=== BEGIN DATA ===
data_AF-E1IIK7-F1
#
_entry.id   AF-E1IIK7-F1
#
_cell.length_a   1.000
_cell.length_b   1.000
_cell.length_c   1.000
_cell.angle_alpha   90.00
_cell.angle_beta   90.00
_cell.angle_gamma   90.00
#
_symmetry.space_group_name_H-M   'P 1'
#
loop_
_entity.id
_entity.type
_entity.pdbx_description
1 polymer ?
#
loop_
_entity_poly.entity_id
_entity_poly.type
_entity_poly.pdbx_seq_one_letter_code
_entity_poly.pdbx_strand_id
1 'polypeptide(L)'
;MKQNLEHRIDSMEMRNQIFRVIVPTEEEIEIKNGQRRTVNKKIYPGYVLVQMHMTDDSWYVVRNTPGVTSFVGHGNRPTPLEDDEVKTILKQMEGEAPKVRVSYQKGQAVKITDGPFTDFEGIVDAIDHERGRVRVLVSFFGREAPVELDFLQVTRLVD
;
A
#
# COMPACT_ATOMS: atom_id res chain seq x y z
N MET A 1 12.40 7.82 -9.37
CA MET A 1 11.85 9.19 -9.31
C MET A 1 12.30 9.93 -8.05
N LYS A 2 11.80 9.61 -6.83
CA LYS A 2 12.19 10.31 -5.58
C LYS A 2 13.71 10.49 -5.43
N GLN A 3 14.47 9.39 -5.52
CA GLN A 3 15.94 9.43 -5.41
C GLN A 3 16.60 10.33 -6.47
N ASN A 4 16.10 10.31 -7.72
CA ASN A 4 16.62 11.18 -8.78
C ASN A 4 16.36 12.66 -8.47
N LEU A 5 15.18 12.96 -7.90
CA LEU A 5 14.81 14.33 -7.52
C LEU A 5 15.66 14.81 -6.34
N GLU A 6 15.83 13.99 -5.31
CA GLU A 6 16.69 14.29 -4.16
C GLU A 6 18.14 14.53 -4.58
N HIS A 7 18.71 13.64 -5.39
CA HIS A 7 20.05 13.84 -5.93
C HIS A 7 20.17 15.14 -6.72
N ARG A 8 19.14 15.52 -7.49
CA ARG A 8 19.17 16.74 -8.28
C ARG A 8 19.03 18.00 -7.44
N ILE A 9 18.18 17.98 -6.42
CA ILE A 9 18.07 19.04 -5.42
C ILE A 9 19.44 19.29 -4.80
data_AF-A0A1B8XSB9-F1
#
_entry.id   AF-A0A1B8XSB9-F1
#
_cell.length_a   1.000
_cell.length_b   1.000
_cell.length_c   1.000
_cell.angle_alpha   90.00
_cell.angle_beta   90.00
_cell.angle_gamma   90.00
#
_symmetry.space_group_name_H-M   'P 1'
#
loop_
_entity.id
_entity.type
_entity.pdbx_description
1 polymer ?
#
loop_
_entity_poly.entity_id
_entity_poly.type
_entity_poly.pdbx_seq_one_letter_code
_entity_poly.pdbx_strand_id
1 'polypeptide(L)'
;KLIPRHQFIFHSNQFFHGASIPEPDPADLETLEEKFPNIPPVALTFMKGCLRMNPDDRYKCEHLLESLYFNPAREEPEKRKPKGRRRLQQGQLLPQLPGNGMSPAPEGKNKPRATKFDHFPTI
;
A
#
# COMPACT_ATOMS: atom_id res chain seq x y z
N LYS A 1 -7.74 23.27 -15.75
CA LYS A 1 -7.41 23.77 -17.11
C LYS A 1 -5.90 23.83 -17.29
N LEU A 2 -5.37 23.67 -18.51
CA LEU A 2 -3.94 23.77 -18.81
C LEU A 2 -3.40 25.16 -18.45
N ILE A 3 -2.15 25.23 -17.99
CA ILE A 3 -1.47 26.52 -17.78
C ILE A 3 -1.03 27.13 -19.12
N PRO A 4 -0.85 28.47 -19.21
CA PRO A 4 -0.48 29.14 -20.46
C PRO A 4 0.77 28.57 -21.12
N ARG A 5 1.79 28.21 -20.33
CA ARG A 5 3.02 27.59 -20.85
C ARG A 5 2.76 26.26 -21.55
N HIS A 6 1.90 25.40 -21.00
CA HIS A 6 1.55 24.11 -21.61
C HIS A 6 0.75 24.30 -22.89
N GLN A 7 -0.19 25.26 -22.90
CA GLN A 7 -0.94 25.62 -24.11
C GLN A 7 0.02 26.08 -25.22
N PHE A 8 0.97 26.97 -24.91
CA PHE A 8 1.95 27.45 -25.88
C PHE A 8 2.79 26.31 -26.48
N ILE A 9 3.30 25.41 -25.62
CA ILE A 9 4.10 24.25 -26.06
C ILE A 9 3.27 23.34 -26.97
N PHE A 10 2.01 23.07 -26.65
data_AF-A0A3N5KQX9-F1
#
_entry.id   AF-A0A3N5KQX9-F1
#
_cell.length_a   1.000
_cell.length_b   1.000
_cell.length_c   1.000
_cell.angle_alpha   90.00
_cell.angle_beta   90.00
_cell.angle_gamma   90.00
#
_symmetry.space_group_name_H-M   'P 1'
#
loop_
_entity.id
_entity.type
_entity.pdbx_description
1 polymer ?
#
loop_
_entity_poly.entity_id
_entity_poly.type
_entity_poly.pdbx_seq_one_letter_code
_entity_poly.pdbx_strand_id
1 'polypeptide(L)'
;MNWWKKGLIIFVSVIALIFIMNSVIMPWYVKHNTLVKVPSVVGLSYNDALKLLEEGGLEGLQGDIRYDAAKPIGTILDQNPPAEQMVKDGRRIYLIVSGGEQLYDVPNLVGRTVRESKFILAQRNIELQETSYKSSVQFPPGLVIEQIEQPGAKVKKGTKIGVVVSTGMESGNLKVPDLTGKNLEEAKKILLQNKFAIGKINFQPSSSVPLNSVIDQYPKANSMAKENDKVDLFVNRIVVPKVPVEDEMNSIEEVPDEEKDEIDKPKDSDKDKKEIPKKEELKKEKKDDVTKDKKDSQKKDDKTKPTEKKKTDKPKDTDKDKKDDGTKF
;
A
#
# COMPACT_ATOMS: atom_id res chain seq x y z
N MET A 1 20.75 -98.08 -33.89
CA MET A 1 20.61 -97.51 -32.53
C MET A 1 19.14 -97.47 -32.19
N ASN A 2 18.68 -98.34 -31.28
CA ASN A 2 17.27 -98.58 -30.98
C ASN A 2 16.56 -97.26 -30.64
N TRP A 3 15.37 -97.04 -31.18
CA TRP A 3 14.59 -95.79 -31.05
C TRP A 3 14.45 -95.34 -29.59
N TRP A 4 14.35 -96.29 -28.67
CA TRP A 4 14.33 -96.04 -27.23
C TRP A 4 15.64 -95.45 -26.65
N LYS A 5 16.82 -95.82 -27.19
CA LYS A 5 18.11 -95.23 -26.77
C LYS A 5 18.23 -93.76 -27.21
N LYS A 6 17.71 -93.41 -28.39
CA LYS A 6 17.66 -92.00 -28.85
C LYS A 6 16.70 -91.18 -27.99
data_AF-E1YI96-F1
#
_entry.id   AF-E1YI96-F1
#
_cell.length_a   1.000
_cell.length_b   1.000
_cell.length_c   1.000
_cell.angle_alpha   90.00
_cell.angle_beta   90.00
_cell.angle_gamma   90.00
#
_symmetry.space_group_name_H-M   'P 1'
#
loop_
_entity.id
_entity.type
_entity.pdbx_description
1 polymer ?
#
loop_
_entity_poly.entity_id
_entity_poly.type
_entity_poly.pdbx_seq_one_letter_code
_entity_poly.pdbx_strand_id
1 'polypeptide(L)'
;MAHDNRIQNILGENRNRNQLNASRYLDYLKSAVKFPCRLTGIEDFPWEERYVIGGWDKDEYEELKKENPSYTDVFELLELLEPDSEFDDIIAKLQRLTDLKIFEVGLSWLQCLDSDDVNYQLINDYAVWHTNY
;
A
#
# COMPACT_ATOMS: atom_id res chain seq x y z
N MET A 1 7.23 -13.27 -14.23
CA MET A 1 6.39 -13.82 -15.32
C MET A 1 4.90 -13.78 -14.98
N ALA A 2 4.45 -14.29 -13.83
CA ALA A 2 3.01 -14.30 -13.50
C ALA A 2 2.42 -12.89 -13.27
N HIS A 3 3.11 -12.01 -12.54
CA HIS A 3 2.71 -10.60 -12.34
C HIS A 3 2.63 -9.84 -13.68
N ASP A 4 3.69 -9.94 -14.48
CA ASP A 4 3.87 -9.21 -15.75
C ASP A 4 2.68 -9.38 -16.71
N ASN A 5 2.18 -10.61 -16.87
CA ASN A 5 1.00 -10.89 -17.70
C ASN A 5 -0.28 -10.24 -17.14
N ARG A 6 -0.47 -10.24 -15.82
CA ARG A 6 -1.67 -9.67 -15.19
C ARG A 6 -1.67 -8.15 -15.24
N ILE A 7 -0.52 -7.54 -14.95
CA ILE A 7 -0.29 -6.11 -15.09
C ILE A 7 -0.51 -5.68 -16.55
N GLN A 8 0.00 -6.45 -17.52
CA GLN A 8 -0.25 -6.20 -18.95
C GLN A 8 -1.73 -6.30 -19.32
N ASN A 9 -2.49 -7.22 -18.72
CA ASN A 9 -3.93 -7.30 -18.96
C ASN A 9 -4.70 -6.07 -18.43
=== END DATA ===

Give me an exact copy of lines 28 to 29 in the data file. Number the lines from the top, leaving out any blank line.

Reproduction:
A
#